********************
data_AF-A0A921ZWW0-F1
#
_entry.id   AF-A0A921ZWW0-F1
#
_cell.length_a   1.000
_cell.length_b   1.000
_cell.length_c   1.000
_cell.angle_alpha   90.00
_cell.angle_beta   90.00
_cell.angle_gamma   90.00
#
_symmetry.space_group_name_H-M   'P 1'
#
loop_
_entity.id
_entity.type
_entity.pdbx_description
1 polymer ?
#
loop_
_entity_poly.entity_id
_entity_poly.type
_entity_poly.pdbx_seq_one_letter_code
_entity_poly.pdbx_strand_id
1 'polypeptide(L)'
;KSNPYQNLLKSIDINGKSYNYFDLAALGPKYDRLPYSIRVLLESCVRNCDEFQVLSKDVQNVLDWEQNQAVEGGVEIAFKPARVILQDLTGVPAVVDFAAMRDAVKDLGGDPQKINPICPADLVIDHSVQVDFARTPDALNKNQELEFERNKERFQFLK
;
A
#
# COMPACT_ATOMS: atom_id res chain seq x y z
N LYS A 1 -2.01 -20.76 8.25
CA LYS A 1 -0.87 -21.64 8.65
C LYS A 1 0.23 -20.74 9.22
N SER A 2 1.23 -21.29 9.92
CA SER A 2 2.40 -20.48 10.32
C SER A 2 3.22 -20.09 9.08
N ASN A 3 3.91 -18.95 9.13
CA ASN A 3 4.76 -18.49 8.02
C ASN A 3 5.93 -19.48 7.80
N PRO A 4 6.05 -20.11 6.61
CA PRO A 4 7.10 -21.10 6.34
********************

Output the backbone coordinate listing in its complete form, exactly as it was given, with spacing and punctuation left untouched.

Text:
data_AF-A0A921ZWW0-F1
#
_entry.id   AF-A0A921ZWW0-F1
#
_cell.length_a   1.000
_cell.length_b   1.000
_cell.length_c   1.000
_cell.angle_alpha   90.00
_cell.angle_beta   90.00
_cell.angle_gamma   90.00
#
_symmetry.space_group_name_H-M   'P 1'
#
loop_
_entity.id
_entity.type
_entity.pdbx_description
1 polymer ?
#
loop_
_entity_poly.entity_id
_entity_poly.type
_entity_poly.pdbx_seq_one_letter_code
_entity_poly.pdbx_strand_id
1 'polypeptide(L)'
;KSNPYQNLLKSIDINGKSYNYFDLAALGPKYDRLPYSIRVLLESCVRNCDEFQVLSKDVQNVLDWEQNQAVEGGVEIAFKPARVILQDLTGVPAVVDFAAMRDAVKDLGGDPQKINPICPADLVIDHSVQVDFARTPDALNKNQELEFERNKERFQFLK
;
A
#
# COMPACT_ATOMS: atom_id res chain seq x y z
N LYS A 1 -2.01 -20.76 8.25
CA LYS A 1 -0.87 -21.64 8.65
C LYS A 1 0.23 -20.74 9.22
N SER A 2 1.23 -21.29 9.92
CA SER A 2 2.40 -20.48 10.32
C SER A 2 3.22 -20.09 9.08
N ASN A 3 3.91 -18.95 9.13
CA ASN A 3 4.76 -18.49 8.02
C ASN A 3 5.93 -19.48 7.80
N PRO A 4 6.05 -20.11 6.61
CA PRO A 4 7.10 -21.10 6.34